First grab the rods and load them into their rod holders on the boat. Next grab the towel and give the boat a quick whipe down to dry the condensation from the humid Florida night. Next unplug the battery charger and turn on the battery switch. Quick systems check to make sure everything is working properly. Then to the deep freezer for ice and, if needed, frozen bait. After the cooler is filled, I put on my rain gear and I go inside one last time. Opening the door I hear the coffee maker just finishing the pot, thats how I know I’m on time, and the aroma of fresh brewed Dunkin hits me from the laundry room. I grab my Yeti Tumbler and fill it with coffee. Time to peak in Vance’s room, write Lauren a note, and leave them both sleeping soundly. 

As I walk through the garage and down the driveway towards my truck I run through a mental checklist making sure I didn’t forget any needed equipment for the days fishing charter. I also quickly double check that the outboard motor is trimmed up, the trailer tires are full, and the trailer is hooked up properly. Inside my truck I wait for the glow plug light to go out and wake up the Cummins engine. Letting it warm up for a few minutes I hit the wipers and turn the vent on the windshield. The drive is peaceful at this time of day with very minimal traffic. As I drive through Matlacha I see other guides and recreational anglers alike pulled off to the side of the road in front of their favorite bait and tackle stores loading up on last minute essentials.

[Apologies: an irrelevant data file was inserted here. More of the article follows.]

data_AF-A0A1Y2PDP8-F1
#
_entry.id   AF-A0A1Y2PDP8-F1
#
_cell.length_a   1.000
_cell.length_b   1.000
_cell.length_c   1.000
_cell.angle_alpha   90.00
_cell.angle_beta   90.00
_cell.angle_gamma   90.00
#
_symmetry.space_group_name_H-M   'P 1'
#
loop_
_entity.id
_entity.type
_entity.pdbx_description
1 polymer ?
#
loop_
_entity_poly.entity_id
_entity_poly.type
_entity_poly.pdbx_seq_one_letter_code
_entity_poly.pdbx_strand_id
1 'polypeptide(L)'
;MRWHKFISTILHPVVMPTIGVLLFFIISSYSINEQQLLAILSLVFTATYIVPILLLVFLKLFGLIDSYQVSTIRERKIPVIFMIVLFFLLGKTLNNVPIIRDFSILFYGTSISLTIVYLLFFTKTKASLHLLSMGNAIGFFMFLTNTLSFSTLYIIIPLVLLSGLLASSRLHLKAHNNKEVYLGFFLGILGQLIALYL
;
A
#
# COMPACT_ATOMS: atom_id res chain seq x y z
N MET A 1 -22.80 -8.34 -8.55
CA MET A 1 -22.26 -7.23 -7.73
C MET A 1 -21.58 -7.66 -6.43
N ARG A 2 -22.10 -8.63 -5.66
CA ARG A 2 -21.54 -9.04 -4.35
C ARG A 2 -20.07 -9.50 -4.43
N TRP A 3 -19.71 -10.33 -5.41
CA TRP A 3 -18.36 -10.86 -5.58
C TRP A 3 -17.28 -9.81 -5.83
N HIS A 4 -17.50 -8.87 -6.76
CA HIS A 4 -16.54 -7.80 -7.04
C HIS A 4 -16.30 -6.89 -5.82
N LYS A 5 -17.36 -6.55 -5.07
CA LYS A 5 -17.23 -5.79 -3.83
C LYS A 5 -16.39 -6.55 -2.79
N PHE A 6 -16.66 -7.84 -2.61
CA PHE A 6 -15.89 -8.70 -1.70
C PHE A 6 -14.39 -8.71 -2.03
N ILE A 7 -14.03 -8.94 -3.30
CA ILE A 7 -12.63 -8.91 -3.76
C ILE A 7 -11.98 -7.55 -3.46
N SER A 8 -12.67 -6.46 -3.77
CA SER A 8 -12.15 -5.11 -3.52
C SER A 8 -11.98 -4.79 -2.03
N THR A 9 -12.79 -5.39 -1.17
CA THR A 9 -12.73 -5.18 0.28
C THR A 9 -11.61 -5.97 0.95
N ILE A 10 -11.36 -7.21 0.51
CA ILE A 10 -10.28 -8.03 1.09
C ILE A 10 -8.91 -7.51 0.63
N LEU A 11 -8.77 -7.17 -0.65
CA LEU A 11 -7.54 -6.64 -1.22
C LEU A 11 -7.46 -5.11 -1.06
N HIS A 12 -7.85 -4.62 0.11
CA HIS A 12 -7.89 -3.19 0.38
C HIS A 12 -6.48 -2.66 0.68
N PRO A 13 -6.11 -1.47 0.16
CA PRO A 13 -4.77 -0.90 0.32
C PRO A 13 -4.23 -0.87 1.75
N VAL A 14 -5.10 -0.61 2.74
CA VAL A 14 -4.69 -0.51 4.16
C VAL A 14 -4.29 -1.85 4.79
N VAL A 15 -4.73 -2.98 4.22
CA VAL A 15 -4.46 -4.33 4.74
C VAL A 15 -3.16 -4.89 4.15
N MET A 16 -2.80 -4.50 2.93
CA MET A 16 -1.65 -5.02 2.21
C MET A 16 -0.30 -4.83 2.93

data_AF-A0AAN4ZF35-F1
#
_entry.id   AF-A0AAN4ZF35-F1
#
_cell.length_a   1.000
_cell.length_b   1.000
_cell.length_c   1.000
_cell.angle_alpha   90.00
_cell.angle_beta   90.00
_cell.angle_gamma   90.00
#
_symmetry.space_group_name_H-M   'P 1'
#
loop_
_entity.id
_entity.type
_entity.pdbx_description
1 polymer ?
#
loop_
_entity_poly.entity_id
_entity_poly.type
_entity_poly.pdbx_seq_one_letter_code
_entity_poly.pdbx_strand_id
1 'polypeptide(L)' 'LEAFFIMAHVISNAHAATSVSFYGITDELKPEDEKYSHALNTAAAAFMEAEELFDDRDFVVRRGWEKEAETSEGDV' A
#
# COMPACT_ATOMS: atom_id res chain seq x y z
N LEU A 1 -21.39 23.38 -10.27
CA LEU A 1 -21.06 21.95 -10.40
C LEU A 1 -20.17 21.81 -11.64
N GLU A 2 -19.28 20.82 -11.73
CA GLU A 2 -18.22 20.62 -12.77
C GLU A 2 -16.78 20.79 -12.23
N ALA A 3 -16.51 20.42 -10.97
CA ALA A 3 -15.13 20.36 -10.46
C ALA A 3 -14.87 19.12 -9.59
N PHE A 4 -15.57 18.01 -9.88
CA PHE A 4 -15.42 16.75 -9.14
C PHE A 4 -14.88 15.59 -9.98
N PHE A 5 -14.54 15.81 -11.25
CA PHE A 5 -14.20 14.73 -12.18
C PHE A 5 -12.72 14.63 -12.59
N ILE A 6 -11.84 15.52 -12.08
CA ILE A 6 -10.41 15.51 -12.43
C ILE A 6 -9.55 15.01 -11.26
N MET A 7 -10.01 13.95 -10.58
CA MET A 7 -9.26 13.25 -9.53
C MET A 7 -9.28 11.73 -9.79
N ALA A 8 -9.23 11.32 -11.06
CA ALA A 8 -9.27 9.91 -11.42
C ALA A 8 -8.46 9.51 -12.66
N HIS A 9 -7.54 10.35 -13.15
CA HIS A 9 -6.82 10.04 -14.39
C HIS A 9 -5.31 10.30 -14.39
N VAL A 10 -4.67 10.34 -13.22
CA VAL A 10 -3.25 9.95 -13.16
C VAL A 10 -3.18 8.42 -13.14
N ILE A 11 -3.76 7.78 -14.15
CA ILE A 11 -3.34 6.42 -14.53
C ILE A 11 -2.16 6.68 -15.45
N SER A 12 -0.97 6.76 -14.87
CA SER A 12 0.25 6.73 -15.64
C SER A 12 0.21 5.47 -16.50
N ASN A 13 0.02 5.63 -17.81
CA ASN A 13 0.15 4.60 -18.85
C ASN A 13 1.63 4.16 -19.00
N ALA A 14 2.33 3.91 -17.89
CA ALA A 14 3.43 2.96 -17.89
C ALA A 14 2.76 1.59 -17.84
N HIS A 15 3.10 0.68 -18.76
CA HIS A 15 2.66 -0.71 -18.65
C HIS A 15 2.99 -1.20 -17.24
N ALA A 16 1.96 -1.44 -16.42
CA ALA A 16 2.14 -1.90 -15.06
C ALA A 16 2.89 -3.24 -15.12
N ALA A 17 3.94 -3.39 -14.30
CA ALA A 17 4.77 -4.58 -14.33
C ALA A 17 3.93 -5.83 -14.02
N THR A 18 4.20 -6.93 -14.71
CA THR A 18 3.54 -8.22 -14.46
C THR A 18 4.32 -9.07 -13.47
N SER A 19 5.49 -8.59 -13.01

Arriving at the dead end of Maria Drive, you take a right turn onto a dirt/shell road and follow the pitch black tunnel of mangroves until you reach the parking lot and the one slip ramp. Usually theres a short line of other guides and commercial fisherman waiting to launch. The short wait allows time to unhook the boat from the trailer, power up the GPS, turn on the necessary lights, and load the last of the daily essentials… sunglasses, chewing tobacco, and wallet. The ramp is now open and after a tight U-turn and short reverse, the boats in the water. This process goes quick and we stay out of each others way.